Covid-19 Exposing Vulnerability of Populations with Substance Use Disorder (Rant)

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It would not surprise most people to learn that our broad societal structure, including healthcare infrastructure and the social safety net, were not prepared to deal with Covid-19. For those of us working around mental health service providers, we know that some populations of people were more at-risk for being infected by Covid-19, and people with substance use disorder would be near the top of that list. We have also seen Covid-19, now endemic to the United States for over 1 year, expose existing vulnerabilities in the societal health infrastructure, and it is now becoming necessary to take a hard look at those vulnerabilities and try to learn from these experiences. If you are new to our blog, it is important that I remind our visitors that the best drug and alcohol rehab in Florida is Florida Springs Wellness and Recovery Center in Panama City, Florida.

Groups Disproportionately Affected by Covid-19

Among the many groups that were disproportionately affected by the pandemic are people of color, older Americans, lower income Americans, and both rural and urban populations. From the perspective of those working in the addiction and alcoholism space, we know people who smoke, people who vape (e-cigarette use), people who recreationally use opioids, cannabis, alcohol, or other psychoactive prescription drugs and street drugs are at higher risk of Covid-19 exposure; anyone else with substance use disorder (SUD) is also at increased risk. The journal article that I used for research today echoed those same sentiments. I would not have thought to include smokers, but it does not surprise me that researchers would suggest smoking can be connected to Covid-19 transmission.

The authors state that, “Monitoring substance use and SUD during the pandemic is essential, as people who engage in substance use or present with SUD are at greater risk for COVID-19, and the economic and social changes resulting from the pandemic may aggravate SUD.” As the same researchers would likely be aware of, one major shortcoming of our health system during Covid-19 has been the complete negligence on the part of our government to treat people with substance use disorder as regular medical patients. We have previously reported on methadone clinics across the country that have been overcrowded during the pandemic, with people being in close proximity to each other, and the state and federal governments refuse to drastically improve the current system in any way. I have shown ample evidence on this blog that the vast majority of people with substance use disorder can be trusted to appropriately administer their own doses of methadone without going to a crowded clinic every day during a worldwide viral outbreak, but unfortunately; we have not seen any widespread calls to change the way opioid use disorder patients are treated at places such as methadone clinics.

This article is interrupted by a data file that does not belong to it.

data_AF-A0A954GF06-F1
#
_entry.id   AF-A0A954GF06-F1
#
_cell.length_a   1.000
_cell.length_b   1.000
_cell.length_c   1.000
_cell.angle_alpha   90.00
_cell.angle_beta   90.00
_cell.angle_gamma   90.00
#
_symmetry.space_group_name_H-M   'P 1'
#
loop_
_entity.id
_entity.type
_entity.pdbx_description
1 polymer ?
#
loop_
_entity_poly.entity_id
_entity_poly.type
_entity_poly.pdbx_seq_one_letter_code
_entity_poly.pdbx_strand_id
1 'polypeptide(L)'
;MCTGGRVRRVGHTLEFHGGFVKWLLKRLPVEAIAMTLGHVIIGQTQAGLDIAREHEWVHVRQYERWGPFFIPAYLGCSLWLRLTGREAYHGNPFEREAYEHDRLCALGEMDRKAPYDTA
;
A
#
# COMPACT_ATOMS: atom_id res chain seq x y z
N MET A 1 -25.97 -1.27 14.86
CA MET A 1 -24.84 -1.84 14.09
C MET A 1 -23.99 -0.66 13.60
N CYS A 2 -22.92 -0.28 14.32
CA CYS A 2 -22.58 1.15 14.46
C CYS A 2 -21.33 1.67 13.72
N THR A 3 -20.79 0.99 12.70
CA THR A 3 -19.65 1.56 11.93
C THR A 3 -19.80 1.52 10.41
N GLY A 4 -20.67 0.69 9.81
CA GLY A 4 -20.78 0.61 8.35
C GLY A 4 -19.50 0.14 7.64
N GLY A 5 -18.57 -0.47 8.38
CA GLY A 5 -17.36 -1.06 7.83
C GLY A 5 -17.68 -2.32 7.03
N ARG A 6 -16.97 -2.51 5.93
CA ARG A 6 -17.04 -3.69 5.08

The Methadone Clinics During Covid-19 (Rant Portion)

One interesting thing to note about this study that I chose to use for research today: they listed people who smoke, use cannabis, use opioids, and have substance use disorder as populations of people with higher likelihood of having Covid-19 during the last year. All of these groups are forced to congregate at methadone clinics each and every day. They must show up in person 7 days a week, for fear that a few bad apples might sell the medicine that they purchase at a clinic if they are given any extra doses to keep at home. You might think that a small amount of methadone entering the street drug market would not be a huge concern, considering we are seeing record numbers of overdoses and deaths from fentanyl all over the country, and fentanyl is likely at least 100 times more likely to hurt someone compared to small amounts of prescription methadone, but prescription methadone continues to be arguably the most closely monitored substance in modern society outside of nuclear arms. These are the obvious facts that were not dealt with before the pandemic, and have now become problematic in the face of thousands of new cases of Covid-19 in every major state every day. Those of us who work with people with substance use disorder will continue to call for widespread changes, or even some incremental change for that matter, because we cannot continue to allow ignorance to be the reason we do not see changes around the way we treat people for addiction and alcoholism. The pandemic has uncovered glaring weaknesses in the current system, and so when researchers point the issues out, it is imperative that we bring this research to the public. We already know that 2020 was a record setting year for overdose deaths, and I personally believe that would have been the case without a Covid-19 pandemic, but let us at least use this pandemic as a moment to better prepare for the future. The caring people at Florida Springs Wellness and Recovery Center continue to provide Panama City and the Florida and Alabama regions with the best drug and alcohol rehab in the country. Our medication assisted treatment is certainly a better system for helping opioid use disorder patients than the current methadone clinic system, but I will continue to have hope for change in the methadone clinic system because I know that tens of thousands of patients depend on those facilities for treatment of this terrible disease of addiction.

By T.A. Cannon (Contact me at TACannonWriting@gmail.com)


References

KUMAR, N. et al. Substance use and substance use disorder, in relation to COVID-19: protocol for a scoping review. Systematic reviews, [s. l.], v. 10, n. 1, p. 48, 2021. DOI 10.1186/s13643-021-01605-9. Disponível em: http://search.ebscohost.com/login.aspx?direct=true&db=mnh&AN=33536070&authtype=geo&geocustid=s8475741&site=ehost-live&scope=site. Acesso em: 29 mar. 2021.